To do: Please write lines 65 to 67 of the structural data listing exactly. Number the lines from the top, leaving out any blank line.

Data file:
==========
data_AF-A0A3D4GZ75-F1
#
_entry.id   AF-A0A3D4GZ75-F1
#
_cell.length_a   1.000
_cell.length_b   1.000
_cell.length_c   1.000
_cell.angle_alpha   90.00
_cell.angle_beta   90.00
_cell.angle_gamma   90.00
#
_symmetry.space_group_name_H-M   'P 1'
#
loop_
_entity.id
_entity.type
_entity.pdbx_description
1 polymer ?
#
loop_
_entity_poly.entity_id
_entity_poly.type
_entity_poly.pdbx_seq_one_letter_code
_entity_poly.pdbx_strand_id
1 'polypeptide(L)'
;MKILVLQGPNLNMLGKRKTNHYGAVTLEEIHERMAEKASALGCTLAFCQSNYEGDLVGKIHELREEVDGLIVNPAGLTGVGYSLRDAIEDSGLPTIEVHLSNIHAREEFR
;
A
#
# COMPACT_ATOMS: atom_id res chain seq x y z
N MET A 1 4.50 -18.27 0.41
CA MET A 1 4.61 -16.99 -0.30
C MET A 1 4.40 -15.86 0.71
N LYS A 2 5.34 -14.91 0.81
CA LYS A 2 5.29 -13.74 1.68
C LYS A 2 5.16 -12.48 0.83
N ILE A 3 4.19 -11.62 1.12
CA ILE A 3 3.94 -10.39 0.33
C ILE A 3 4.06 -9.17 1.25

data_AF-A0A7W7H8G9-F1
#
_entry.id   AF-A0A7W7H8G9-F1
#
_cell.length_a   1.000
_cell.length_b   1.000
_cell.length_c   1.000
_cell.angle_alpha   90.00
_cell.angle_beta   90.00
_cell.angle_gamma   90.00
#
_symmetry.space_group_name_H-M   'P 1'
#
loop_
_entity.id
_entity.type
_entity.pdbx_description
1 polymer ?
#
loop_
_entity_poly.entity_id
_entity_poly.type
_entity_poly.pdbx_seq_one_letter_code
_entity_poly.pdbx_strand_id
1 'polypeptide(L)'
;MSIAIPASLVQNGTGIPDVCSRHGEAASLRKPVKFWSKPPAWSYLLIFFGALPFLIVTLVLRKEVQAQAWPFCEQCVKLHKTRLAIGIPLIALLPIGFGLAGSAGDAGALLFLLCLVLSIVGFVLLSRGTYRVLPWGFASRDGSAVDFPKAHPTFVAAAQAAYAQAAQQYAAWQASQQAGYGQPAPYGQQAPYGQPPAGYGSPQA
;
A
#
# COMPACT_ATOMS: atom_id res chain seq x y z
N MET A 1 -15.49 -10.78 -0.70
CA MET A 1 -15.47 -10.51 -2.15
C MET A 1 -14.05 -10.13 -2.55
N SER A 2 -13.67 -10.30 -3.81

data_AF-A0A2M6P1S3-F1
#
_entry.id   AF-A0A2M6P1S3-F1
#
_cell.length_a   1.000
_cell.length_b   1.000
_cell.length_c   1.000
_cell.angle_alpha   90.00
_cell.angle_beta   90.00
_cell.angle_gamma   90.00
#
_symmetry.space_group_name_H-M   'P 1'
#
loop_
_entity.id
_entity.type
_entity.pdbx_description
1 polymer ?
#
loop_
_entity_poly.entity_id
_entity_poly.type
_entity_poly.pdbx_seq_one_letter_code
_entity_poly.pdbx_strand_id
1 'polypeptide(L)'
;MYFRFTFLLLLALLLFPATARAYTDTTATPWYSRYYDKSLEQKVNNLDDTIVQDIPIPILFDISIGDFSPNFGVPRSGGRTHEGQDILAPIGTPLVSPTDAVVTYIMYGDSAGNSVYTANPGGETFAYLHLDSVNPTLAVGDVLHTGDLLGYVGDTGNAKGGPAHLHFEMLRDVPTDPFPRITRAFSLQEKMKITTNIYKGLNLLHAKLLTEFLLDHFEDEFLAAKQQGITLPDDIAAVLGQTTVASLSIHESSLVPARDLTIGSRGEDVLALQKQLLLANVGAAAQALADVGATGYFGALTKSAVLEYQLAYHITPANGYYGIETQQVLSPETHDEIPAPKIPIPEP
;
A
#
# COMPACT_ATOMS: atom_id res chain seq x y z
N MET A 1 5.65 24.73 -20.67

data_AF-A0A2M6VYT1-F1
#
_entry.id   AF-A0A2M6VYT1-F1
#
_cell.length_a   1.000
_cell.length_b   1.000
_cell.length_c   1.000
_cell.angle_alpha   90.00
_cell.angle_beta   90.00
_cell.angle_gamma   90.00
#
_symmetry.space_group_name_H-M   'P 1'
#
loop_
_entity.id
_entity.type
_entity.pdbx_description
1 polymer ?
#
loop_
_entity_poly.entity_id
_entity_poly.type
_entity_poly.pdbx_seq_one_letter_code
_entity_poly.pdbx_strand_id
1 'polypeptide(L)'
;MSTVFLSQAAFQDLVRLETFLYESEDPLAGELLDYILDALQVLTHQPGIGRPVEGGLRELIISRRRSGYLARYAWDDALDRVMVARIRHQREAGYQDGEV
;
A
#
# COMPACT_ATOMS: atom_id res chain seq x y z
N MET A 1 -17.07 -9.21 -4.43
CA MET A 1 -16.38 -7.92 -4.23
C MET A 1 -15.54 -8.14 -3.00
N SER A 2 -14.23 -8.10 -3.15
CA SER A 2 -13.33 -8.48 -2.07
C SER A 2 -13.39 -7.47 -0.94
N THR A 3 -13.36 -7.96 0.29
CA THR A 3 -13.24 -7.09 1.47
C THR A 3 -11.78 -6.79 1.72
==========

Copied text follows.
;MSIAIPASLVQNGTGIPDVCSRHGEAASLRKPVKFWSKPPAWSYLLIFFGALPFLIVTLVLRKEVQAQAWPFCEQCVKLHKTRLAIGIPLIALLPIGFGLAGSAGDAGALLFLLCLVLSIVGFVLLSRGTYRVLPWGFASRDGSAVDFPKAHPTFVAAAQAAYAQAAQQYAAWQASQQAGYGQPAPYGQQAPYGQPPAGYGSPQA
;
A